For most students the worst consequence of drinking alcohol is a bad headache and maybe a bad – or blank – memory.
But for some of the 2,500-plus students of Asian ancestry at IU, alcohol can cause far more serious health problems.
The reason for this reaction is a genetic mutation that prevents the body from breaking down alcohol toxins. Normally the toxins are converted into harmless products by the liver. If the toxins are not converted, they poison the body, causing headaches, heart palpitations and flushes in the short term.
But in the long term, the condition has been linked to early-onset Alzheimer’s and an 80-percent increase of the risk of developing oral cancer.
Now for the good news:
Researchers at IU-Purdue University Indianapolis and Stanford University have made an important breakthrough in the treatment of this liver deficiency. They have discovered a molecule, called Alda-1, that can repair the malfunctioning parts of the liver.
“When I drink my face will turn very red, my heart will speed up – Dum! Dum! Dum!” said Min Si, a junior in the Kelley School of Business, striking his chest to show just how hard his heart beats. “All the other people drink, but I cannot.”
Thomas Hurley, director of the Center for Structural Biology at the IU School of Medicine, said that around one billion people worldwide suffer from this condition.
“With this research we just went on a whim, and it worked,” said Daria Mochly-Rosen, chair of molecular pharmacology at Stanford University.
In a healthy liver, alcohol toxins are broken down by an enzyme called aldehyde dehydrogenase 2 (ALDH2). Enzymes act as catalysts, allowing one molecule to transform into another. They are like the glass shoe in the story of Cinderella: The poor maid becomes the beautiful princess, all thanks to the shoe.
In as many as 40 percent of people with Asian ancestry, ALDH2 does not work properly.
If ALDH2 only converted alcohol toxins, the solution would be simple – don’t drink any alcohol. But ALDH2 can also reduce the risk of heart disease and kidney failure by removing naturally occurring toxins from the bloodstream.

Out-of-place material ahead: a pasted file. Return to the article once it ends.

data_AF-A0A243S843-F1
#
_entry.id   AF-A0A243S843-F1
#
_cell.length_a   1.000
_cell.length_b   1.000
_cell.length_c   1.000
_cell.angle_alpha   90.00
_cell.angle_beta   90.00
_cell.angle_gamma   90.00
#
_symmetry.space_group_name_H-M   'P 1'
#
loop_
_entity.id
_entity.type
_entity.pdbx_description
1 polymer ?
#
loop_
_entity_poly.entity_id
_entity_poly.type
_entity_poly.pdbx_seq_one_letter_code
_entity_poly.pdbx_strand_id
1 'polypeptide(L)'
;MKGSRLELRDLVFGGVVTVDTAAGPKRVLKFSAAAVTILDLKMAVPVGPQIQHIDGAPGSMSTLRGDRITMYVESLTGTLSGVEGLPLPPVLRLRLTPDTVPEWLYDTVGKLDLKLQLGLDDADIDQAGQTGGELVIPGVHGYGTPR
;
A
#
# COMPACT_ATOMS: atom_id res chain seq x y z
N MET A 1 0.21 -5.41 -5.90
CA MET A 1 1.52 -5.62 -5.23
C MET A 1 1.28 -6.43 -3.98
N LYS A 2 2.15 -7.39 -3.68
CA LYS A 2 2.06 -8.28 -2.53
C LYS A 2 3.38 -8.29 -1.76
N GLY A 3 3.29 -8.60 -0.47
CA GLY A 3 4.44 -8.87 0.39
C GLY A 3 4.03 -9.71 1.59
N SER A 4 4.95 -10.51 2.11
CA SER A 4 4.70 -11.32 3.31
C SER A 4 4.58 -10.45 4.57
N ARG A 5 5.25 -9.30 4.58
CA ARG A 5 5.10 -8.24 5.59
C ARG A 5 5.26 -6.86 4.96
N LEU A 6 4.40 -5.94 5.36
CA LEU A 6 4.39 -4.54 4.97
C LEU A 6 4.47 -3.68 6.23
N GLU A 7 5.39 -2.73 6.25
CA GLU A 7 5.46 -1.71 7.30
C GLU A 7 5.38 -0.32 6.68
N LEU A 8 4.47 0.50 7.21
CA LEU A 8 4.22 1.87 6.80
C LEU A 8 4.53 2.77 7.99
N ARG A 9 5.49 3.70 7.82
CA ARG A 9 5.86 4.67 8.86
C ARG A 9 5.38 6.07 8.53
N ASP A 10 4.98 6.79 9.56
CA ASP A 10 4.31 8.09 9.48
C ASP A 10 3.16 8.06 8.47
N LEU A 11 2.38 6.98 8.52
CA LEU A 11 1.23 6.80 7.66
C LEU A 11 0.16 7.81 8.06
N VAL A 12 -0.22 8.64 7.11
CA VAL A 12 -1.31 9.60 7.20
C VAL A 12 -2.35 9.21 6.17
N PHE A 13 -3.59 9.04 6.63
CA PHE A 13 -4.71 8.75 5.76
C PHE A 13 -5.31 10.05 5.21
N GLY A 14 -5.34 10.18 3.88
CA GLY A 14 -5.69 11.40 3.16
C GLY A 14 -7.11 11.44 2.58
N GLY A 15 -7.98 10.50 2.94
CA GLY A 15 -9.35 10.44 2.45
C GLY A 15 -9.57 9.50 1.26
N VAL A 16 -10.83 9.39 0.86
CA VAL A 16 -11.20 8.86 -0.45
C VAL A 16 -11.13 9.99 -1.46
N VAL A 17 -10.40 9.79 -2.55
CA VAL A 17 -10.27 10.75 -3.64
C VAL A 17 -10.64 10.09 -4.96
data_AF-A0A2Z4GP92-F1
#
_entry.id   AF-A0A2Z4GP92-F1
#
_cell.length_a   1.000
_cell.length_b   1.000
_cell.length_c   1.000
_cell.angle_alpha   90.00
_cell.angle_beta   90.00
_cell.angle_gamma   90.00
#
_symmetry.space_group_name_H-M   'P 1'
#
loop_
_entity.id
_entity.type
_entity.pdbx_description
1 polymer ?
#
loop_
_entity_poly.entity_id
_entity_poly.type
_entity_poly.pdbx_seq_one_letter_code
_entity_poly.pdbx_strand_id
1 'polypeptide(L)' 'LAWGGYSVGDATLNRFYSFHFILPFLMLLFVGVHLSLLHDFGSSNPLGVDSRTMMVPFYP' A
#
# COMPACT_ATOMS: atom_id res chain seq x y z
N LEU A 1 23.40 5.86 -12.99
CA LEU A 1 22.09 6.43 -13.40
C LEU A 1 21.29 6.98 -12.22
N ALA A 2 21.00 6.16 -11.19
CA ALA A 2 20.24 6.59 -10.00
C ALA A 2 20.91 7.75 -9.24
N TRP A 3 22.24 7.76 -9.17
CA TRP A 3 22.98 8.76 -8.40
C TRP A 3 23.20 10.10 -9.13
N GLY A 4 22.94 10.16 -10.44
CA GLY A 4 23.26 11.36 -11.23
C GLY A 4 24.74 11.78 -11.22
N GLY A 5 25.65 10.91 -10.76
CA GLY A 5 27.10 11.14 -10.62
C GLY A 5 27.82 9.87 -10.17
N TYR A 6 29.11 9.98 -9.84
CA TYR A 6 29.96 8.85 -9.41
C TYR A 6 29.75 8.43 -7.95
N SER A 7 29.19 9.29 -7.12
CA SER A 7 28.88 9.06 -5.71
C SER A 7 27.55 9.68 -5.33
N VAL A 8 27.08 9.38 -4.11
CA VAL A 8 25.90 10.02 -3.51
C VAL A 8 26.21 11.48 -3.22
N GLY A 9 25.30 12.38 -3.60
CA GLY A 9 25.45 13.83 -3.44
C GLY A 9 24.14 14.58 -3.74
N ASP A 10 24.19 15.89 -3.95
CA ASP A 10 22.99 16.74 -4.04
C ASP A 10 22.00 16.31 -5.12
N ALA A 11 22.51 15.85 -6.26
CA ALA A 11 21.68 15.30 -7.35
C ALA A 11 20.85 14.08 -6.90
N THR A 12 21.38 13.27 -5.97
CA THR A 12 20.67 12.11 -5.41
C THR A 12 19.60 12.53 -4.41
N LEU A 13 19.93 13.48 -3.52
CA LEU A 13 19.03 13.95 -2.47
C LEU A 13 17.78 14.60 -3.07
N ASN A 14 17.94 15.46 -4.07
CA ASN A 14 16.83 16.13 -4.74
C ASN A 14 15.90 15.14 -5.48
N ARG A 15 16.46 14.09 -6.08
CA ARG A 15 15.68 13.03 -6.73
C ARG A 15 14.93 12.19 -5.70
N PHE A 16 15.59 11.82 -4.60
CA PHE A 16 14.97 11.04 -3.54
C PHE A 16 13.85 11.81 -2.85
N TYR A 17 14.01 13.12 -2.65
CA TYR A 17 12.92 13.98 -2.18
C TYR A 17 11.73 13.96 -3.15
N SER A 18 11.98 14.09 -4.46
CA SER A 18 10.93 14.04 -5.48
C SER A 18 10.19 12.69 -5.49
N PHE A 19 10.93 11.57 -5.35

For decades, researchers have been trying to replace or repair the enzyme. Alda-1 is the first drug discovered that can repair a defective human enzyme, which opens up the door for the treatment of other enzyme-based illnesses.
“Is this a novel idea? No.” Hurley said. “The novel thing is finally finding something that works.”
Unlike most enzyme drugs, which replace the damaged enzyme, Alda-1 actually repairs the broken enzyme by altering its shape so that it becomes active. Mochly-Rosen said fixing the enzyme itself is preferable to replacing it with man-made enzymes.
“If you have a mixer, and the top is broken, then things will start jumping out,” she said. “You could put Saran wrap around it, and that will make do. But if you repair the part, that is the optimum.”
Although Alda-1 is the first case of repairing an enzyme, Hurley said if it can be done once, it can be done again. This could mean that other medical conditions caused by faulty enzymes, such as sickle cell anemia, could be cured using similar technology.
The discovery still has its drawbacks though. It has yet to be tested for negative side effects, a process that can take years.
Hurley said they are already looking for alternatives to Alda-1 because it is not easily absorbed into the bloodstream and only a small percentage actually reaches the broken enzyme. Ideally, a drug should be easily absorbed so it can be taken as a pill rather than as an injection.
Mochly-Rosen said she has considered the moral consequences of the drug and added that studies suggest it would not cause a change in drinking behavior among those receiving it. In other words, a person with the condition wouldn’t suddenly become an alcoholic. Any drug would only be available on a prescription basis.
As for Si, he is not overly concerned about missing out on the student drinking culture.
“Maybe it is good,” he said, “because I don’t have to do anything stupid when I am drunk.”
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